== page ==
MARTIN: Yeah. He is 49 years of age.

JOHN: That must be a bit of an emotional trauma for you.

Martin Soan’s 24 Billy The Bass which will sing in unison

MARTIN: Well, so far, people have not taken it seriously. Boothby Graffoe started mucking around and saying he would bid half a monkey. Otiz Cannelloni bid £500 for the crate of Billy The Bass singing fish which I think… Well, they are £25-£35 each and you could flog ‘em for £25 each so, in singing fish alone it’s worth £500. But it’s a concept and they’re all wired up to one button so they all sing together.

JOHN: How do you know when the auction has ended? 

MARTIN: I will decide when it gets to the reserve price or more.

JOHN: Have you got reserve prices in mind?

Martin says: “Mr Punch is 49 years of age and his skin is really good to look at”

MARTIN: No. Mr Punch is 49 years of age and his skin is really good to look at. He looks aged. He looks 49, but not in a bad way.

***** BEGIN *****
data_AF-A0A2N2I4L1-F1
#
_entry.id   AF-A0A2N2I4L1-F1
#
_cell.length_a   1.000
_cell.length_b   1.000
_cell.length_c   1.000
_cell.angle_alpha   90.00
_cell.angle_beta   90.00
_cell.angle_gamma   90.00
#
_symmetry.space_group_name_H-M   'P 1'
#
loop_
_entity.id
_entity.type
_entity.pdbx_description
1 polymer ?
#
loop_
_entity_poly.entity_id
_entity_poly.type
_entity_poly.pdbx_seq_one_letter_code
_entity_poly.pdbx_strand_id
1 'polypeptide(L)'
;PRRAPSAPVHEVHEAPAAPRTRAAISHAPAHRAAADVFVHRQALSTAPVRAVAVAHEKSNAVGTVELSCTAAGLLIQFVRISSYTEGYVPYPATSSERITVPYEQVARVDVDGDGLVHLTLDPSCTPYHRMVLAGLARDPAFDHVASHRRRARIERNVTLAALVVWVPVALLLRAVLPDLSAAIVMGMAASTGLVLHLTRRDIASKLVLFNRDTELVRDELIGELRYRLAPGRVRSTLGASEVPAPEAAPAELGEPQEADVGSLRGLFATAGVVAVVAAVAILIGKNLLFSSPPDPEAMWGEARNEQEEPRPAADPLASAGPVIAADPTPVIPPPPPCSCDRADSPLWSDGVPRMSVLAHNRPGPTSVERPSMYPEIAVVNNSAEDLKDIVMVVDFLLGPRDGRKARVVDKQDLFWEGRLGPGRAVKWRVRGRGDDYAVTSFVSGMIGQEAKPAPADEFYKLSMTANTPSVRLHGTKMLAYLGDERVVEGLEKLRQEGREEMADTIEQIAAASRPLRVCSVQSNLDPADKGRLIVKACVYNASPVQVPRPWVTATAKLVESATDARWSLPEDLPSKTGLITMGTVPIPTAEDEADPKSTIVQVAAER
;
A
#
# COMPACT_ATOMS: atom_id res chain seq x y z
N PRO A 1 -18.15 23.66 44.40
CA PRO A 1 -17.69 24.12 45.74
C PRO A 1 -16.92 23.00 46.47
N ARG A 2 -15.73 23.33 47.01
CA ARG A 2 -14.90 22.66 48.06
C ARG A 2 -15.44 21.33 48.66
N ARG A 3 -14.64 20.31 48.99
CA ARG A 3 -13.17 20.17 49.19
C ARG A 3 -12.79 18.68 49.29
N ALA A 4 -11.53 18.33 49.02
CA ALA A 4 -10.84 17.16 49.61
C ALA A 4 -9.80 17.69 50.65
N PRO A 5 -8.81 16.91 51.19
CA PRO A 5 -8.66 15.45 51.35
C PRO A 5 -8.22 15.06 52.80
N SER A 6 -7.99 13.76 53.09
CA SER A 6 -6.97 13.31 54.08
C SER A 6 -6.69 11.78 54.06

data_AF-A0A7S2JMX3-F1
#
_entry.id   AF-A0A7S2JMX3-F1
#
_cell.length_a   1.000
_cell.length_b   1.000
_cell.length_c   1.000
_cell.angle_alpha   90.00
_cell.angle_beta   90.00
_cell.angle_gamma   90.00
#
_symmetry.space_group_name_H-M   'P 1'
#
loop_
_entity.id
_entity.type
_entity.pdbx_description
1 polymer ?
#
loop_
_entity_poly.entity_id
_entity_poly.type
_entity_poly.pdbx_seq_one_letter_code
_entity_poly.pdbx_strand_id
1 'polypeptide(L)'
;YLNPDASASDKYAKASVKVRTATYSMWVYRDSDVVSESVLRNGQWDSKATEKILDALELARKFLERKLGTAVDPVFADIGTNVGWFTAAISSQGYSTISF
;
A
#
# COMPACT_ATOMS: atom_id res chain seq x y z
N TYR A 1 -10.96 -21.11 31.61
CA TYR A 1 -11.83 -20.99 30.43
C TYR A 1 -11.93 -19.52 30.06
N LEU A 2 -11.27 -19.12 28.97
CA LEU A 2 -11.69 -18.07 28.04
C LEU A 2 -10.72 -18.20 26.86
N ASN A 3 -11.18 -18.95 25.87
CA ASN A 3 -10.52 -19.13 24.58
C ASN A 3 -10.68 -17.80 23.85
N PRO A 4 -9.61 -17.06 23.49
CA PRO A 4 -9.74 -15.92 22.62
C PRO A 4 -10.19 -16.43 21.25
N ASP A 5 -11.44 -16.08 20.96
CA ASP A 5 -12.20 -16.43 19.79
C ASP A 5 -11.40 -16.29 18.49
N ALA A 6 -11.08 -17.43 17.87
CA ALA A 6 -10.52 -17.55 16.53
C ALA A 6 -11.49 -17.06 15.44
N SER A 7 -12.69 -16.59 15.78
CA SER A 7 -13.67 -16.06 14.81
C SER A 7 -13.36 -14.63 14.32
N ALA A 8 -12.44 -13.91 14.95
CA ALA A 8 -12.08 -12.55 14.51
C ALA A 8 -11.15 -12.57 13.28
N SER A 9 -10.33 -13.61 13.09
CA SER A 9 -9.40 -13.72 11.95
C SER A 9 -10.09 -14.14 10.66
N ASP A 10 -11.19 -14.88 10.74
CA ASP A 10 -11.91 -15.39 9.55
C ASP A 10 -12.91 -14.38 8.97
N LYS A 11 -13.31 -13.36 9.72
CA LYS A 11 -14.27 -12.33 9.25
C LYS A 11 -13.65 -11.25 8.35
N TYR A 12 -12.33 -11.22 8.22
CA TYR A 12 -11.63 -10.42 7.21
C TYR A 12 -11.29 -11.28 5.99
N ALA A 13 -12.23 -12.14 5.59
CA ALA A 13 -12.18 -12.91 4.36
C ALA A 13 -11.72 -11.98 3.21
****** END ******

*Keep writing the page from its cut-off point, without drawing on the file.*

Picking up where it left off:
JOHN: What does “Not in a bad way” mean?

MARTIN: Look, I’m talking bollocks now. You have tricked me into talking bollocks.

JOHN: It’s a natural aptitude.

MARTIN: I obviously would not let Mr Punch go for for £25.

JOHN: If people want to bid or buy or ask questions, what is the ‘handle’ as I think young people say or used to say.

MARTIN: @PTOOcomedy on Twitter and Facebook is Pull The Other One.

JOHN: Not Martin Soan?

MARTIN: Well, you could. And I have other interesting stuff.

JOHN: Such as?

MARTIN: Miss Haversham.

JOHN: From Great Expectations.

Martin Soan on stage as Miss Haversham

MARTIN: She’s sitting down in an armchair and she has arms and legs – which are false. 

JOHN: And Miss Haversham IS the armchair.

MARTIN: Yeah. You put it on like a costume. You can be dressed normally, You go in from the back and come up and, as you come up, you are putting on the whole costume; there’s even a wig built-in. It’s like a quick-change thing.